Avoid the temptation to withdraw from the situation and let the conflict go unresolved, as far as it is up to you. At the same time, don’t pull in biased family members or friends to support you. When arguments escalate or become too intense, suggest calling a brief time-out to allow flaring tempers to cool (Proverbs 15:22, Matthew 18:15-17).

This is primarily taken from a seminar by Jared Pingleton which he has published elsewhere. It is not reproduced, in total, or quoted for profit.

Lowest Common Denominator Assumptions

I still remember the time, a few years ago, when fifty people came to our meeting about making a covenant.

Joshua Grace and I led most of it. Nate Hulfish got in there, too, even though he came with a fever and could barely talk! It was January, and everyone had to venture out over treacherously icy roads to a church basement in Camden. One intrepid person even found a way to get there by public transpo from Philly — he apologized for being late because he had to wait twenty minutes for one tardy bus in 28 degree weather!

It was heartening. It was encouraging to find out that we were still meeting people who would do unusual things as if they were usual. Ten of our cell leaders were there, bringing cell mates with them – they’d been to the meeting before and they were going to lead other meetings that week, so you might have thought it was “beyond the call of duty” to show up.  One of them said, “The church is not in the meetings, it is a 24/7 reality.” One of them was upstairs caring for her cell mates’ children so they could enjoy the meeting! Like I said, it was pretty amazing.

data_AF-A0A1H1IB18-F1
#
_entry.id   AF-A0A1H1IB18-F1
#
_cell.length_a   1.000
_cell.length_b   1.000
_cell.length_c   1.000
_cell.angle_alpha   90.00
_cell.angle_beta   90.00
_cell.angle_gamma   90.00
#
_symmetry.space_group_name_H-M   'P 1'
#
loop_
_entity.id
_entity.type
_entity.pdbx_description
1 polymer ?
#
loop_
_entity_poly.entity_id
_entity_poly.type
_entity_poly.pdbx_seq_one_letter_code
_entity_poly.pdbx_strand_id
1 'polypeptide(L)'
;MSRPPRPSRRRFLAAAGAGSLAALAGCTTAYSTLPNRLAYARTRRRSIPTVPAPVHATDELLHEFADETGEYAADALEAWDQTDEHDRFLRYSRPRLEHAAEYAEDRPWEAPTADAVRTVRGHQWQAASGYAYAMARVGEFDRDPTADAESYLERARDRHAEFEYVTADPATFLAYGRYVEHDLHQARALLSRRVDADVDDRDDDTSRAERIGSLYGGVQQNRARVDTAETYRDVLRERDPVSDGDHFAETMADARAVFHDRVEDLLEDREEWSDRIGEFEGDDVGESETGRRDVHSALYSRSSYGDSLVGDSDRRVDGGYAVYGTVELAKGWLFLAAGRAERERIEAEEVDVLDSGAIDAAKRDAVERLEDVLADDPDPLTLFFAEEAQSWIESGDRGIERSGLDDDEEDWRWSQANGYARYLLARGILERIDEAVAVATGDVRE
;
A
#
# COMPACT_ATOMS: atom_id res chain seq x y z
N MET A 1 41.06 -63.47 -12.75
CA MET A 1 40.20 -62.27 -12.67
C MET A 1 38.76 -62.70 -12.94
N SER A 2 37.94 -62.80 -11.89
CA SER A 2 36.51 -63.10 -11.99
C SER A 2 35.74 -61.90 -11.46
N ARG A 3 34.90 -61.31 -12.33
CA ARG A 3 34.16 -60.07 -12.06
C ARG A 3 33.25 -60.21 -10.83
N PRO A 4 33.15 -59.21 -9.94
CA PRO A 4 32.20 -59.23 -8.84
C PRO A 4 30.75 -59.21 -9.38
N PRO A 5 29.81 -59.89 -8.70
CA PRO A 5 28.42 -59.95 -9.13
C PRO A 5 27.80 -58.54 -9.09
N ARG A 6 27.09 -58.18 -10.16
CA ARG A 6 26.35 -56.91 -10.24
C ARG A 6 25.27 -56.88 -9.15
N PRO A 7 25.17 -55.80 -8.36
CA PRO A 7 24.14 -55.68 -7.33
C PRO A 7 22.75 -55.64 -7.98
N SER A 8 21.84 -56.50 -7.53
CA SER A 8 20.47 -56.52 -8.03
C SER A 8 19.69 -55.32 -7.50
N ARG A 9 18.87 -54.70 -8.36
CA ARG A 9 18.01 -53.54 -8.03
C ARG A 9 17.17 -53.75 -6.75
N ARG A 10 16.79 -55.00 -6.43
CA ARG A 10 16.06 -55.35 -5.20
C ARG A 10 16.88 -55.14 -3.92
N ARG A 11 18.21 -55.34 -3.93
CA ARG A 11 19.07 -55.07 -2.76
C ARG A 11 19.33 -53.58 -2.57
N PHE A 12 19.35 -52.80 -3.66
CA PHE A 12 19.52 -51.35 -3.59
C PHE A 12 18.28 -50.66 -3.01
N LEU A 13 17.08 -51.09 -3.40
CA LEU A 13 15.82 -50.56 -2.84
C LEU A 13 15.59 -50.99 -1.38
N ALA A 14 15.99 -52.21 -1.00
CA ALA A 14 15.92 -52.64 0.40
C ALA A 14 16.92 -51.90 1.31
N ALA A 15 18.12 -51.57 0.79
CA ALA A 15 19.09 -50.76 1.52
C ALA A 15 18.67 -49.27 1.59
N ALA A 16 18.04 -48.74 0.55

Lowest Common Denominator -- Jaako Mattila
Lowest Common Denominator — Jaako Mattila

The meeting was even more amazing to me because I compared what my friends were actually like to what some denomination leaders thought they were probably like.  I had just come back from a conference in which I discerned some attitudes in “higher up” church leaders about what people could tolerate when it came to living out a commitment to Jesus. They didn’t expect much. I probably shot my mouth off a bit too much (as I am wont to do), but they were talking about the BIC doctrine about peacemaking, which is so close to my heart. They didn’t expect people to make peace much.